Given this is a car bearing a DS badge, we should first address ride quality, which is in general very good. Lateral body movements are nicely controlled and a sense of stability and competency pervades, but at the expense of agility (an attribute hardly helped by the oddly heavy steering).
Active suspension comes as standard (apart from the entry-level Elegance model) and isn’t as radical as the hydropneumatic technology not quite pioneered by the original DS of 1955. But it does work – superbly at times. It’s a predictive set-up with a road-scanning camera. Its lens is tucked behind the rear-view mirror and, along with various sensors and accelerometers, it feeds the ECU with data, allowing it to prepare the adaptive dampers for troublesome topography with as little as five metres warning.
Operational only in Comfort mode, it has a tendency to make the 7 Crossback feel under-damped on undulating roads but most of the time removes passengers from the road really rather neatly, both acoustically and physically. It’s certainly an option worth having.
The other prong of the DS attack is the luxury of its interior, which can be trimmed in either Alcantara or nappa leather depending on spec level and boasts a high, wide transmission tunnel and a deep curvature linking the doors to the bulkhead. A 12.3in touchscreen is standard on all but the lowest trim level and there are oversized toggle switches flanking the gearlever.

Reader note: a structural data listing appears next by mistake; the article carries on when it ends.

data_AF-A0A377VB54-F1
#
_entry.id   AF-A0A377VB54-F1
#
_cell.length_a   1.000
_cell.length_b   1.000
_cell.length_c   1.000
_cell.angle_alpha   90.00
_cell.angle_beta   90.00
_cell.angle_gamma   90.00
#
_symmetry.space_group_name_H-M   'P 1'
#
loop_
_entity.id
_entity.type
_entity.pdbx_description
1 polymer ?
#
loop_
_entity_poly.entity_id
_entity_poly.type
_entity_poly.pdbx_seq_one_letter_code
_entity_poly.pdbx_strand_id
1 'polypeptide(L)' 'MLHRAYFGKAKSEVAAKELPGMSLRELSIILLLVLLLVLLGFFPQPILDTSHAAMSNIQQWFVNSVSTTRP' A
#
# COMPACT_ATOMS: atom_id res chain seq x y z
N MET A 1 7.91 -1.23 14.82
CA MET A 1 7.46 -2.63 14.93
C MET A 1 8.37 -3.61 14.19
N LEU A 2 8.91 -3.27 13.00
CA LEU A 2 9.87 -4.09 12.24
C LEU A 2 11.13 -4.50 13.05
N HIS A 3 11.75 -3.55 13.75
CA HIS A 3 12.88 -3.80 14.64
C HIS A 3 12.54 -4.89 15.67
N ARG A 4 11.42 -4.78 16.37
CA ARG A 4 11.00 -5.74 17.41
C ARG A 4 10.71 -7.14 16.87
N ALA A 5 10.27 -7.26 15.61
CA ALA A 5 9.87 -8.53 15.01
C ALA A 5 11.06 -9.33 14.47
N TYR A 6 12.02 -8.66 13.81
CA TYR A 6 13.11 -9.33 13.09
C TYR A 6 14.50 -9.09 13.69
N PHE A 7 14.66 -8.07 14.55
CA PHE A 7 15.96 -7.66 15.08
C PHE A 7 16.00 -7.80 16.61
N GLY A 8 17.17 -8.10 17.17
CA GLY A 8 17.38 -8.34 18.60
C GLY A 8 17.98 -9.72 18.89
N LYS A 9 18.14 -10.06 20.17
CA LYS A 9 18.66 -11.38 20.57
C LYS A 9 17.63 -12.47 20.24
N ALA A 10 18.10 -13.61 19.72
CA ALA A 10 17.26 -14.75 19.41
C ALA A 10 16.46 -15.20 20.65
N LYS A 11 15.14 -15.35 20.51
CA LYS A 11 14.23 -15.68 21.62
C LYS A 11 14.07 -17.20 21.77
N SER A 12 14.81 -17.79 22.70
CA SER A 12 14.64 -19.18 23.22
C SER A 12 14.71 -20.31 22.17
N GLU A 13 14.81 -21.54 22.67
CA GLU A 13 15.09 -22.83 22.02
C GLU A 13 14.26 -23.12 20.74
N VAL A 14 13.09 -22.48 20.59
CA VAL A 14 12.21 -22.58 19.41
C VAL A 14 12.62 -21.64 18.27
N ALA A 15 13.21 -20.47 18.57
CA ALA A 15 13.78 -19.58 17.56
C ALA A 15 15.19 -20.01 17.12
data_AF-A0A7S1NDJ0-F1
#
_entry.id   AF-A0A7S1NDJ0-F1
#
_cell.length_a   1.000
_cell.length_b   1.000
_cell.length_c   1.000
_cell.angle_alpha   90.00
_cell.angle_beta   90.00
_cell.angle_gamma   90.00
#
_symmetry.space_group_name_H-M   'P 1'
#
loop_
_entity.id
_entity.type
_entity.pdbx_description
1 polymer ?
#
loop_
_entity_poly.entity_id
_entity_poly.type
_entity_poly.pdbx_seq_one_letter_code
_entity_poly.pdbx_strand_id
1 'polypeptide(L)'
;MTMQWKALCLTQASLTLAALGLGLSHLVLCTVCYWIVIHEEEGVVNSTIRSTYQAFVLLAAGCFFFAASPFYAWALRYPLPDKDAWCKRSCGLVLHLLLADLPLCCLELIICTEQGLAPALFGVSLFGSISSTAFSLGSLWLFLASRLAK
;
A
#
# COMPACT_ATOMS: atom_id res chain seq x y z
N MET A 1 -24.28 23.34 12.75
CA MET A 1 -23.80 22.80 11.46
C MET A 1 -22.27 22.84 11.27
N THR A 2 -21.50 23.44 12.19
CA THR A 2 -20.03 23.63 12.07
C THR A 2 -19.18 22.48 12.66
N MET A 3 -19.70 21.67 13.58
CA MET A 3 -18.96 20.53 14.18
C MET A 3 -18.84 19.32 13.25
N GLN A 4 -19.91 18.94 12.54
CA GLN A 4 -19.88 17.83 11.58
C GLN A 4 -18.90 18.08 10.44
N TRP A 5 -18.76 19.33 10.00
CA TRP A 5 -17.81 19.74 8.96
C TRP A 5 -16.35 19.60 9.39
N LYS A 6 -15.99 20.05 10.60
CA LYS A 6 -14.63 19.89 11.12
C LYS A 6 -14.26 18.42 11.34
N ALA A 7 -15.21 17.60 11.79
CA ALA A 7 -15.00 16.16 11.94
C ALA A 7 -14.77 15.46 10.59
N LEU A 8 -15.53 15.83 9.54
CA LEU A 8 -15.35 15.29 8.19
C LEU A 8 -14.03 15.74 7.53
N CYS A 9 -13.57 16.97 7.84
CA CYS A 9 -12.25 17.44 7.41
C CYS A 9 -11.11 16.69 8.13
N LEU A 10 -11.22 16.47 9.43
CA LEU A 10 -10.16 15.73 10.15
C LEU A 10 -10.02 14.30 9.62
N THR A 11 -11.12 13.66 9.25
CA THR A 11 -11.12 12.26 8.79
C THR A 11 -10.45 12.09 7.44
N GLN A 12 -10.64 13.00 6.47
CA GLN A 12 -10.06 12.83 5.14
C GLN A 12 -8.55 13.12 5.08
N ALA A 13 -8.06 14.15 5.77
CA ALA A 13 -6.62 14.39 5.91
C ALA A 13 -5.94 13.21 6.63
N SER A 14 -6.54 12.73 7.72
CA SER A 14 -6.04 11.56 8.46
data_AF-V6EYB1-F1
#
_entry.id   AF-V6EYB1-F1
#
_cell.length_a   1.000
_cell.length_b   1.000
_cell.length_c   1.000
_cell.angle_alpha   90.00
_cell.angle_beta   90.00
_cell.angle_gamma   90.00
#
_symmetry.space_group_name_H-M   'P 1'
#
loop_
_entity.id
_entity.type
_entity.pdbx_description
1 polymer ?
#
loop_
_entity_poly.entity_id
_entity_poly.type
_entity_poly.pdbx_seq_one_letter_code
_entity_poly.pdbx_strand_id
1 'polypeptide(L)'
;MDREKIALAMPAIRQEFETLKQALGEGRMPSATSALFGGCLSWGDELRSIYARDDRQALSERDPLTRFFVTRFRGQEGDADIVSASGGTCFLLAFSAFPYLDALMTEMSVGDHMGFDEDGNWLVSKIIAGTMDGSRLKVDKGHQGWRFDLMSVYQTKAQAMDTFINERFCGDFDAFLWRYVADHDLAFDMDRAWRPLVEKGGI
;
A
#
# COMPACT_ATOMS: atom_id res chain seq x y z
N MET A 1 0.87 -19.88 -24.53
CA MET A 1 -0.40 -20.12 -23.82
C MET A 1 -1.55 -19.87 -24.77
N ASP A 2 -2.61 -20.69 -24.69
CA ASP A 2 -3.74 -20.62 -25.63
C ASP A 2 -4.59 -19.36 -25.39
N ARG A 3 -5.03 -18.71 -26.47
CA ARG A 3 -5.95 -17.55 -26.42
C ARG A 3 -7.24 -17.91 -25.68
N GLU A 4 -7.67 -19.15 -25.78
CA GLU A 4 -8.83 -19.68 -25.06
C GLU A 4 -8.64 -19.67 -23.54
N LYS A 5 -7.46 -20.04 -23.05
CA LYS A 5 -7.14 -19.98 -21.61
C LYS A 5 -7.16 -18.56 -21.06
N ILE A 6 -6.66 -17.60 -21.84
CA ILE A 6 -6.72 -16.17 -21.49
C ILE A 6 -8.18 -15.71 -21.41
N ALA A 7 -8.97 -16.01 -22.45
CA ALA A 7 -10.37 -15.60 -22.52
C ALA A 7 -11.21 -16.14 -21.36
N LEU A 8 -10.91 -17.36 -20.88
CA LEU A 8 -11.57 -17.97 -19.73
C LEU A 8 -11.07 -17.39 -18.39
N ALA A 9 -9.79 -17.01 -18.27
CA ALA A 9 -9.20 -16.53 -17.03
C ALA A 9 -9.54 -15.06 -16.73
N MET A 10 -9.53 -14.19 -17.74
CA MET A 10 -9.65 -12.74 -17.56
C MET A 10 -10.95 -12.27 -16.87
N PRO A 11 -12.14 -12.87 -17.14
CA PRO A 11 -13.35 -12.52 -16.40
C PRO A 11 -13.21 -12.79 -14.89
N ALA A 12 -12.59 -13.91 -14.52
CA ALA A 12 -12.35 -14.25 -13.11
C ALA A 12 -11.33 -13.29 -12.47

It’s an interior that exhibits some lovely touches – pearl stitching, guillochage engraving – but it can feel overwrought; in some ways, the cleaner architecture of a generously specified Peugeot 3008 is more authentic. There are also some suspect plastics that you’d have to search harder to find in most rivals.
Given the way the 7 Crossback cossets it occupants, you might think that it’s short on space. In fact, the opposite is true; there is unusually generous space for those on the rear bench and 555 litres of load capacity with all the seats up.
Ultimately, however, there remain too many compromises for a relatively expensive car. The entirely digital, matte-finished instrument binnacle looks fabulous but isn’t easily legible, the seats are sumptuously appointed but under-bolstered and this diesel engine pulls smoothly but is too present too much of the time. Worst of all, removing the bulk of the switchgear may have led to a pleasing aesthetic, but the touch-sensitive substitutions too often seem either overly sensitive or not sensitive enough.
These things aren't what you’d call terminal – they’re fodder for the facelift – but it’s frustrating nonetheless and hard to forgive at this level.